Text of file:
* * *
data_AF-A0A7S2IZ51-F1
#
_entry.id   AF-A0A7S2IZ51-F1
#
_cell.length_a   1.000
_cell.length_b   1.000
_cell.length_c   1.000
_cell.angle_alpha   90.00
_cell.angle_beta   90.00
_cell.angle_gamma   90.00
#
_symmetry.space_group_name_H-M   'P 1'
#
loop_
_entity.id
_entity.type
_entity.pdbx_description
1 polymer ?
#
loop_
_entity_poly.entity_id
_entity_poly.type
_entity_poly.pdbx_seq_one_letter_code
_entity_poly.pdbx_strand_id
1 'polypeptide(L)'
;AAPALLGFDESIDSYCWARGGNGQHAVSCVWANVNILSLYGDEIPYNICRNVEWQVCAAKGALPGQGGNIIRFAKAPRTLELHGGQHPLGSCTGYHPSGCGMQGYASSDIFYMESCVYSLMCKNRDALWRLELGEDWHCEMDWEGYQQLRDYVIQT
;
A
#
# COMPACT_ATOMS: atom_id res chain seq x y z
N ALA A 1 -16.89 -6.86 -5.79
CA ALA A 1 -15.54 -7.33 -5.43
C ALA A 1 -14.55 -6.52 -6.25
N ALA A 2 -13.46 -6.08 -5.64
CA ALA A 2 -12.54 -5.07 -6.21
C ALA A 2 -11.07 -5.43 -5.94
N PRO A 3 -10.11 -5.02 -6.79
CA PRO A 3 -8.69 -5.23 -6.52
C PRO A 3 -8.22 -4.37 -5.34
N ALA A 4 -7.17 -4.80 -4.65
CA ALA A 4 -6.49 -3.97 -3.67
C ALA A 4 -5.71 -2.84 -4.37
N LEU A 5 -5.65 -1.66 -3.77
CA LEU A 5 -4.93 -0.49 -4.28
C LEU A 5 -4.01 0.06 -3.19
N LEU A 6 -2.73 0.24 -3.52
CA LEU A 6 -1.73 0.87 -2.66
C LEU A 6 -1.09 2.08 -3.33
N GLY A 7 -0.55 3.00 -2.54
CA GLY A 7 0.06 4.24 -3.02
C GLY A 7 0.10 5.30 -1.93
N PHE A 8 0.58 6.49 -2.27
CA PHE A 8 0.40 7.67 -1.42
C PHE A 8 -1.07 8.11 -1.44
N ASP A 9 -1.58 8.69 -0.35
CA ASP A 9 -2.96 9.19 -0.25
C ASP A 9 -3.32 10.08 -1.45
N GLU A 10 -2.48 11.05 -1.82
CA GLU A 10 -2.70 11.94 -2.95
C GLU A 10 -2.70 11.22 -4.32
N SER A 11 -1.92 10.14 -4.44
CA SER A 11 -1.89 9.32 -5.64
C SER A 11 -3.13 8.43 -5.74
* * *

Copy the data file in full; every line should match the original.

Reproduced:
data_AF-A0A7S2IZ51-F1
#
_entry.id   AF-A0A7S2IZ51-F1
#
_cell.length_a   1.000
_cell.length_b   1.000
_cell.length_c   1.000
_cell.angle_alpha   90.00
_cell.angle_beta   90.00
_cell.angle_gamma   90.00
#
_symmetry.space_group_name_H-M   'P 1'
#
loop_
_entity.id
_entity.type
_entity.pdbx_description
1 polymer ?
#
loop_
_entity_poly.entity_id
_entity_poly.type
_entity_poly.pdbx_seq_one_letter_code
_entity_poly.pdbx_strand_id
1 'polypeptide(L)'
;AAPALLGFDESIDSYCWARGGNGQHAVSCVWANVNILSLYGDEIPYNICRNVEWQVCAAKGALPGQGGNIIRFAKAPRTLELHGGQHPLGSCTGYHPSGCGMQGYASSDIFYMESCVYSLMCKNRDALWRLELGEDWHCEMDWEGYQQLRDYVIQT
;
A
#
# COMPACT_ATOMS: atom_id res chain seq x y z
N ALA A 1 -16.89 -6.86 -5.79
CA ALA A 1 -15.54 -7.33 -5.43
C ALA A 1 -14.55 -6.52 -6.25
N ALA A 2 -13.46 -6.08 -5.64
CA ALA A 2 -12.54 -5.07 -6.21
C ALA A 2 -11.07 -5.43 -5.94
N PRO A 3 -10.11 -5.02 -6.79
CA PRO A 3 -8.69 -5.23 -6.52
C PRO A 3 -8.22 -4.37 -5.34
N ALA A 4 -7.17 -4.80 -4.65
CA ALA A 4 -6.49 -3.97 -3.67
C ALA A 4 -5.71 -2.84 -4.37
N LEU A 5 -5.65 -1.66 -3.77
CA LEU A 5 -4.93 -0.49 -4.28
C LEU A 5 -4.01 0.06 -3.19
N LEU A 6 -2.73 0.24 -3.52
CA LEU A 6 -1.73 0.87 -2.66
C LEU A 6 -1.09 2.08 -3.33
N GLY A 7 -0.55 3.00 -2.54
CA GLY A 7 0.06 4.24 -3.02
C GLY A 7 0.10 5.30 -1.93
N PHE A 8 0.58 6.49 -2.27
CA PHE A 8 0.40 7.67 -1.42
C PHE A 8 -1.07 8.11 -1.44
N ASP A 9 -1.58 8.69 -0.35
CA ASP A 9 -2.96 9.19 -0.25
C ASP A 9 -3.32 10.08 -1.45
N GLU A 10 -2.48 11.05 -1.82
CA GLU A 10 -2.70 11.94 -2.95
C GLU A 10 -2.70 11.22 -4.32
N SER A 11 -1.92 10.14 -4.44
CA SER A 11 -1.89 9.32 -5.64
C SER A 11 -3.13 8.43 -5.74